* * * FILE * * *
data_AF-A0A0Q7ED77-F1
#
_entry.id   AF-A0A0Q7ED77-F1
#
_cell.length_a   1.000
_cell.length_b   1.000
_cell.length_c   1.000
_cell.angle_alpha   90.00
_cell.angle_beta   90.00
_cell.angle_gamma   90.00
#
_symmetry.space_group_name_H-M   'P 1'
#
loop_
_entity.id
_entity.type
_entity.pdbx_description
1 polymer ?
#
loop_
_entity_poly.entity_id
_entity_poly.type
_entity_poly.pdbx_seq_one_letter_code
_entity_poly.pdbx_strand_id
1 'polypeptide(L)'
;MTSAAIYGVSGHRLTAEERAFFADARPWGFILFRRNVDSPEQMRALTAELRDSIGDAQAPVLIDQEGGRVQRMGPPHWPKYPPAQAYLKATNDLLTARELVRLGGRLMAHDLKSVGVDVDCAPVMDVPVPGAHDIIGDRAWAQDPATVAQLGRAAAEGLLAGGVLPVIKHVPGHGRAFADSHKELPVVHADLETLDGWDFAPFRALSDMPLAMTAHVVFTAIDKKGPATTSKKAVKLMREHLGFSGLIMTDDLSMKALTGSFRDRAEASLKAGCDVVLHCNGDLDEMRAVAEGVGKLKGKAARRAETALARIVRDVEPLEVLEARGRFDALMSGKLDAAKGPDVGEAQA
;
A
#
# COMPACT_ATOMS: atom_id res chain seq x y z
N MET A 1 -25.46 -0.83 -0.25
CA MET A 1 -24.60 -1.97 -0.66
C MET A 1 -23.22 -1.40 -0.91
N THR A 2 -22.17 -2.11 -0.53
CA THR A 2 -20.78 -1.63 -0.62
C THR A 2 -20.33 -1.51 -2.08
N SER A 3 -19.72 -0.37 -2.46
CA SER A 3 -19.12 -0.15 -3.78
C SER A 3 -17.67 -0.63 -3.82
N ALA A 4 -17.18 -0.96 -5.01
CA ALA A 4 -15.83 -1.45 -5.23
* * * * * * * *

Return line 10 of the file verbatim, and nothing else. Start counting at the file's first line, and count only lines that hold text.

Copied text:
_cell.angle_gamma   90.00